As many of us rethink certain aspects of how we want to live in a post-Covid world (e.g., more time with friends), some corporate executives have increasingly been asking us at Van Leeuwen & Company about one area in particular: retirement.
This uptick in interest in retirement is not merely anecdotal. On the heels of the pandemic, many more people across the country have chosen to accelerate their retirement in the past year. According to a Pew Research Center analysis, the number of retired Baby Boomers increased by more than 3 million in the third quarter of 2020 compared to the same quarter of 2019.
For some of our successful and ambitious clients, who had planned to work for another 10-12 years but are now contemplating retiring in 3-5 years, they discuss pursuing everything from starting a new business venture to other intellectual and adventurous interests in “retirement.” They often eschew the full-time, leisure model of leaving the working world for something more varied and engaging.
If you are one of these professionals considering retirement, you likely have the same crucial question as our clients: Do I have enough money to maintain living my desired lifestyle without running out?
Do I have enough to retire?
You would think this answer would be fairly simple, and for people with fewer assets and accounts it can be. But for corporate executives like you, who often have an array of investments and income sources, as well as more complex benefit packages (e.g., equity compensation), it’s an involved process, which is outlined in the steps below.
In a nutshell, you need to clearly understand your current financial position and conduct a rigorous analysis of your retirement income sources (e.g., 401(k), Social Security) and portfolio (e.g., stocks) in different scenarios to create the most effective strategies that will enable you to live out your unique vision of retirement.
Step #1. Determine what you want to do in retirement
You can’t know how much money you’ll need in retirement if you don’t know what your goals are for this next phase of life. It all starts with what’s important to you and what you want to make happen.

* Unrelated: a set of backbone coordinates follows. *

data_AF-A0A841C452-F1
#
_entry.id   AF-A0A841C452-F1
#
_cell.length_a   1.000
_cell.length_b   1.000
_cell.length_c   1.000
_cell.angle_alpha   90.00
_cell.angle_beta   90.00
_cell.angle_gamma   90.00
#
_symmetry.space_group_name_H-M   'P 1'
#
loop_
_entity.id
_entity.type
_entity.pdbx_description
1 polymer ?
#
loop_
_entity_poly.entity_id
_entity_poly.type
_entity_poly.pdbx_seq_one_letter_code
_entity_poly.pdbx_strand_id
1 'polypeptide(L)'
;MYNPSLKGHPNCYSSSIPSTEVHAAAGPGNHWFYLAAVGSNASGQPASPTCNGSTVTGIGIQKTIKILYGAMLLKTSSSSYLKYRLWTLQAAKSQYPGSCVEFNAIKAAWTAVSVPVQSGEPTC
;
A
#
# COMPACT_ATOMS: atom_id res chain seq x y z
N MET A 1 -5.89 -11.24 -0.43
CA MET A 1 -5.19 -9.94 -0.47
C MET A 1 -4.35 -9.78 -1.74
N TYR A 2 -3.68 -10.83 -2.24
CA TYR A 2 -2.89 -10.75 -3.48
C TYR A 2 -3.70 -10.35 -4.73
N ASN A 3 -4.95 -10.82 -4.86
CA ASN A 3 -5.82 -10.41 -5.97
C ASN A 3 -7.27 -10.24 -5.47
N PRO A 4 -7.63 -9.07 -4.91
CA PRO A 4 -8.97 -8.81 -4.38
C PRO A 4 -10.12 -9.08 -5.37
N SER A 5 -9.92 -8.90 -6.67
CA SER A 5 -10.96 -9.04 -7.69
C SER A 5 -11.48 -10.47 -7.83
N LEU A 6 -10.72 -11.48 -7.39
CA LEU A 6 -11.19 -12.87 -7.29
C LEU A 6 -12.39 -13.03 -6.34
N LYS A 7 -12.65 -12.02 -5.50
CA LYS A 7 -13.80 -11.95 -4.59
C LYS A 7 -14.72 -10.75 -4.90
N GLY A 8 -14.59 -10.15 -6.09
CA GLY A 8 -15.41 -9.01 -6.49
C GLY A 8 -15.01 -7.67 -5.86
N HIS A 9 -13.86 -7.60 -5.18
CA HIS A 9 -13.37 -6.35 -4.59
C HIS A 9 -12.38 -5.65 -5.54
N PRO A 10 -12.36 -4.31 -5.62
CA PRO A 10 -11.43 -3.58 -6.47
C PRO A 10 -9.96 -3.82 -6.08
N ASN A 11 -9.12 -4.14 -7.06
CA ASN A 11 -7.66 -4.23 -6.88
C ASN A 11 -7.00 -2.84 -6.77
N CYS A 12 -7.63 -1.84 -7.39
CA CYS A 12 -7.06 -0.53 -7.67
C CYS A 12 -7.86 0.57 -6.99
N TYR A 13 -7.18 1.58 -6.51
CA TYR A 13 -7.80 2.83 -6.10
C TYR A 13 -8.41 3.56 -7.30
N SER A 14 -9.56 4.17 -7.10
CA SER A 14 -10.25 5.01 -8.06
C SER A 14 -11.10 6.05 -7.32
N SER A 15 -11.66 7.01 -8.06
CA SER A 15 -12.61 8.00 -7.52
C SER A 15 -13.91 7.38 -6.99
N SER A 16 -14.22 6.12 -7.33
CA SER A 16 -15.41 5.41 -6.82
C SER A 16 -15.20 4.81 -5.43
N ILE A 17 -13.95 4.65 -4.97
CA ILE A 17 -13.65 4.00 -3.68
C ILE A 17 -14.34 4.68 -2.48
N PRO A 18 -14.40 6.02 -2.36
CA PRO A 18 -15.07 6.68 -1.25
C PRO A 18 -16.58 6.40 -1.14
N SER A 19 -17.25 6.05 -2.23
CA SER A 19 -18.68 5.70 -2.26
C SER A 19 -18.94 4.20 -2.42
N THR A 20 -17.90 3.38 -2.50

For example, maybe you want to embark on some immersive travel experiences, help an adult child buy a first home or cover the price of long-term care for a loved one. Perhaps you would like to spend most of your money in these areas during your retirement years and leave a limited number of financial gifts to family and charitable causes.
Or maybe you want to focus on writing a book and mentoring young professionals, potentially lower-cost pursuits, while spending time with family and friends in your vacation home. And perhaps you’re excited to leave a generous financial legacy to your children and grandchildren, as well as the nonprofit organization that you’ve
supported for years.
Each of these goals and preferences drives your financial retirement plan.
Step #2: Detail your current expenses and the expected costs of pursuing your retirement goals
To answer the “do I have enough money to retire?” question requires completing the financial planning process, which starts with your current expenses.
If you are in your 50s or older, you may have a handle on how much you’re currently spending on items such as mortgage(s), tuition(s), health care, travel, shopping and more. If you expect any of these costs to be lower in retirement, then make note of this difference.
Once you’ve written down these expenses, the next step is to estimate what it might cost to pursue the retirement goals that you outlined in step #1. Then take this number and add it to your current expenses to come up with an estimate of how much you will spend per month in retirement.
You may find, like some of our clients, that you might actually spend more - not less - in retirement depending on your plans to travel, upgrade health care and long term care insurance and/or financially help out loved ones. However, with the right financial strategies, you might not have to sacrifice.
Step #3: Outline your income sources
After completing step #2, you should have a reasonable idea of how much you need each month to cover your costs in retirement. The next step is to take stock of the various income sources you will be relying on to pay these expenses as you will no longer have a traditional work salary coming in. These sources may include: